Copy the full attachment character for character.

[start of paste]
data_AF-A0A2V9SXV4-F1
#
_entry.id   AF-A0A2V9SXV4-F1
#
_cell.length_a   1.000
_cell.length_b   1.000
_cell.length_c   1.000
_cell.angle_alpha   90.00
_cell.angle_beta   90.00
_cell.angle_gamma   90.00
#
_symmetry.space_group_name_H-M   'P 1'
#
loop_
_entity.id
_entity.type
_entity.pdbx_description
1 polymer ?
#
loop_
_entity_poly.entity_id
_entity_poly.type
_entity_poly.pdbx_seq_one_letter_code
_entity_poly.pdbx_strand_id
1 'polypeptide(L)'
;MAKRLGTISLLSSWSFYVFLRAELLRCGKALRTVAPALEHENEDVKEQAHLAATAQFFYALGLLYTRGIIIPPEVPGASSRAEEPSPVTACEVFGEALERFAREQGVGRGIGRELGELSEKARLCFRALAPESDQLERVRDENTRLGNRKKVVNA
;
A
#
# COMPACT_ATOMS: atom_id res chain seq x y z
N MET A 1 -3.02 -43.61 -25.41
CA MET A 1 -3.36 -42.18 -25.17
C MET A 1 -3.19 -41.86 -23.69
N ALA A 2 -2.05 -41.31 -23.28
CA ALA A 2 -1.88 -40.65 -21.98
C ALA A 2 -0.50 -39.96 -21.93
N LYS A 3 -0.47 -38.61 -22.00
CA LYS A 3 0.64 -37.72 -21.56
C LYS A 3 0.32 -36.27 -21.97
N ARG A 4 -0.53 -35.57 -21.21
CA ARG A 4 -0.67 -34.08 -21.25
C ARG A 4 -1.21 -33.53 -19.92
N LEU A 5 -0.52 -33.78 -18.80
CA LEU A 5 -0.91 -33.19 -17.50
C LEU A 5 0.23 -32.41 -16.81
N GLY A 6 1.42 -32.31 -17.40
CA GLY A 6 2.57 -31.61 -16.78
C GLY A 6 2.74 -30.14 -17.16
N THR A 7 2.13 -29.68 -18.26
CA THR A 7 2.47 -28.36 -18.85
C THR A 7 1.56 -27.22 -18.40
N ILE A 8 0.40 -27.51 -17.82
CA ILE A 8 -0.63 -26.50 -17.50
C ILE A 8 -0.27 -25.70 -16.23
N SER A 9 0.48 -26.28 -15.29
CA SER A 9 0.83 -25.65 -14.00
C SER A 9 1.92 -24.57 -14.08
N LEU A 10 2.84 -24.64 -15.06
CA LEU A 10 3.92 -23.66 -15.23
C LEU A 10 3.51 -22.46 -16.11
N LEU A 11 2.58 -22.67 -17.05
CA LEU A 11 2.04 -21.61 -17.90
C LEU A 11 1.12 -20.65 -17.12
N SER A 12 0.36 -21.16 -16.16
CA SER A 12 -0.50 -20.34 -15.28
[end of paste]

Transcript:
data_AF-A0A2V9SXV4-F1
#
_entry.id   AF-A0A2V9SXV4-F1
#
_cell.length_a   1.000
_cell.length_b   1.000
_cell.length_c   1.000
_cell.angle_alpha   90.00
_cell.angle_beta   90.00
_cell.angle_gamma   90.00
#
_symmetry.space_group_name_H-M   'P 1'
#
loop_
_entity.id
_entity.type
_entity.pdbx_description
1 polymer ?
#
loop_
_entity_poly.entity_id
_entity_poly.type
_entity_poly.pdbx_seq_one_letter_code
_entity_poly.pdbx_strand_id
1 'polypeptide(L)'
;MAKRLGTISLLSSWSFYVFLRAELLRCGKALRTVAPALEHENEDVKEQAHLAATAQFFYALGLLYTRGIIIPPEVPGASSRAEEPSPVTACEVFGEALERFAREQGVGRGIGRELGELSEKARLCFRALAPESDQLERVRDENTRLGNRKKVVNA
;
A
#
# COMPACT_ATOMS: atom_id res chain seq x y z
N MET A 1 -3.02 -43.61 -25.41
CA MET A 1 -3.36 -42.18 -25.17
C MET A 1 -3.19 -41.86 -23.69
N ALA A 2 -2.05 -41.31 -23.28
CA ALA A 2 -1.88 -40.65 -21.98
C ALA A 2 -0.50 -39.96 -21.93
N LYS A 3 -0.47 -38.61 -22.00
CA LYS A 3 0.64 -37.72 -21.56
C LYS A 3 0.32 -36.27 -21.97
N ARG A 4 -0.53 -35.57 -21.21
CA ARG A 4 -0.67 -34.08 -21.25
C ARG A 4 -1.21 -33.53 -19.92
N LEU A 5 -0.52 -33.78 -18.80
CA LEU A 5 -0.91 -33.19 -17.50
C LEU A 5 0.23 -32.41 -16.81
N GLY A 6 1.42 -32.31 -17.40
CA GLY A 6 2.57 -31.61 -16.78
C GLY A 6 2.74 -30.14 -17.16
N THR A 7 2.13 -29.68 -18.26
CA THR A 7 2.47 -28.36 -18.85
C THR A 7 1.56 -27.22 -18.40
N ILE A 8 0.40 -27.51 -17.82
CA ILE A 8 -0.63 -26.50 -17.50
C ILE A 8 -0.27 -25.70 -16.23
N SER A 9 0.48 -26.28 -15.29
CA SER A 9 0.83 -25.65 -14.00
C SER A 9 1.92 -24.57 -14.08
N LEU A 10 2.84 -24.64 -15.06
CA LEU A 10 3.92 -23.66 -15.23
C LEU A 10 3.51 -22.46 -16.11
N LEU A 11 2.58 -22.67 -17.05
CA LEU A 11 2.04 -21.61 -17.90
C LEU A 11 1.12 -20.65 -17.12
N SER A 12 0.36 -21.16 -16.16
CA SER A 12 -0.50 -20.34 -15.28